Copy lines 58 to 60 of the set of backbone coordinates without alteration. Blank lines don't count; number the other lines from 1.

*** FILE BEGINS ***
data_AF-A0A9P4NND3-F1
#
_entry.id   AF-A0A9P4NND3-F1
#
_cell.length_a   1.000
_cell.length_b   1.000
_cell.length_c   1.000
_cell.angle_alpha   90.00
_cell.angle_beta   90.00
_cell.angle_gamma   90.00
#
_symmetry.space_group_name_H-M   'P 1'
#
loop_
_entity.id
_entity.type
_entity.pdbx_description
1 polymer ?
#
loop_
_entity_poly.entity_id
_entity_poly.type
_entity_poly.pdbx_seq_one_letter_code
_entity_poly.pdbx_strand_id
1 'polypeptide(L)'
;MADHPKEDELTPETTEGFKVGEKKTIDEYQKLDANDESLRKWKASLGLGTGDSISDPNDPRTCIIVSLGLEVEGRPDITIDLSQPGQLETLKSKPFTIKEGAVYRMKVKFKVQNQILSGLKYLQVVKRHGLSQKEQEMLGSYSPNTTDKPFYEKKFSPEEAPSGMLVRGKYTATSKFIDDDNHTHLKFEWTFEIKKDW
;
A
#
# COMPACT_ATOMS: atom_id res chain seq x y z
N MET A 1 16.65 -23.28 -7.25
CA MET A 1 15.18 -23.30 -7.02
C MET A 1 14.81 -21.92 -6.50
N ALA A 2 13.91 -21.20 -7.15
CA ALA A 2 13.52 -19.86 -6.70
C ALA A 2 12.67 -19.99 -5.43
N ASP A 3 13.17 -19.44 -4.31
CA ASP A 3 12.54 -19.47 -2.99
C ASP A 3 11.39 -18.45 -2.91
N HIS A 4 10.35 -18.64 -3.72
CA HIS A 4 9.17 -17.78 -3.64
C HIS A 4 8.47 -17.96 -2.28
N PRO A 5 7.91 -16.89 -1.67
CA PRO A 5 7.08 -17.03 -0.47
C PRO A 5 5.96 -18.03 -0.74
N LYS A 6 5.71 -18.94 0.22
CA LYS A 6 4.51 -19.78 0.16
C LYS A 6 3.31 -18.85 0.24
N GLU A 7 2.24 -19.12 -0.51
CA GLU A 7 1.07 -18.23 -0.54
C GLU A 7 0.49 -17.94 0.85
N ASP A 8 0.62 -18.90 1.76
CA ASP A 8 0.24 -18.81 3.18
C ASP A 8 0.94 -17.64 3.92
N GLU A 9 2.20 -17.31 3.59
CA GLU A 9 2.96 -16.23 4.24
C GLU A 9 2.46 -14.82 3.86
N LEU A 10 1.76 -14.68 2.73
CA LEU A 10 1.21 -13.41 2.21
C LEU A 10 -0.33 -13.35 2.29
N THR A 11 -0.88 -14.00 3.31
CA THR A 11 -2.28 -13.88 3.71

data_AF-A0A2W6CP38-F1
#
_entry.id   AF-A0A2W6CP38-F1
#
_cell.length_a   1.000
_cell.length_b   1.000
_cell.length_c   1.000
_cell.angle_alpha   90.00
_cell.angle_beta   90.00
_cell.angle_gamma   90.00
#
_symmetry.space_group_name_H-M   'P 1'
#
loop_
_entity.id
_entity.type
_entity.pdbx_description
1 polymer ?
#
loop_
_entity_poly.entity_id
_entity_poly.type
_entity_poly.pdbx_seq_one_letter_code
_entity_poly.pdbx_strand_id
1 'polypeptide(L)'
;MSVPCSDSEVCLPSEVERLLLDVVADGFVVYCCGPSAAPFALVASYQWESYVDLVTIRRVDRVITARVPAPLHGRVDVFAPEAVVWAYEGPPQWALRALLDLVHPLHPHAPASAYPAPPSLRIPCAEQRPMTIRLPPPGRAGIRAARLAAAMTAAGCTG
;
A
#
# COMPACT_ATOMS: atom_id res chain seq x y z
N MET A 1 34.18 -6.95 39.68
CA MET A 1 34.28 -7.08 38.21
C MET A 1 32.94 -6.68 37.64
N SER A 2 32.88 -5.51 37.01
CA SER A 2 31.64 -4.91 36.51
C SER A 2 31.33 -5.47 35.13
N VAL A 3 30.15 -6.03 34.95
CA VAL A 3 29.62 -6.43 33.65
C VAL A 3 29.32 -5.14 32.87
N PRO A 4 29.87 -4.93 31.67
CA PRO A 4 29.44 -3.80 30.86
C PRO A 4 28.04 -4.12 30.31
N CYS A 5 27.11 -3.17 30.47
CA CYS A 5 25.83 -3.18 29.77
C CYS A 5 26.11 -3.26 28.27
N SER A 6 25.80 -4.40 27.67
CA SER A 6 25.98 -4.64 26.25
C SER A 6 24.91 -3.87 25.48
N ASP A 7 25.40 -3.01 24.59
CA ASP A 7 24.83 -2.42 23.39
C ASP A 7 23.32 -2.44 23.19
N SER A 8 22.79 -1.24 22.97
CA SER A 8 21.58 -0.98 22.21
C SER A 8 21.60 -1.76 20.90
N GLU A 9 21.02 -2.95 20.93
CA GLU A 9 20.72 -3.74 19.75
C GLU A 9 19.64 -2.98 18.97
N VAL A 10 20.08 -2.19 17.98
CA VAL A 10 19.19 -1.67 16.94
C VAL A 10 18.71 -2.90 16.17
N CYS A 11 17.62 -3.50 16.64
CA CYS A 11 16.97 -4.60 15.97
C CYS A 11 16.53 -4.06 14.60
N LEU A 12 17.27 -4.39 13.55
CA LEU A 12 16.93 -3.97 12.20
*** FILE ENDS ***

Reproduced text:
N LEU A 10 1.76 -14.68 2.73
CA LEU A 10 1.21 -13.41 2.21
C LEU A 10 -0.33 -13.35 2.29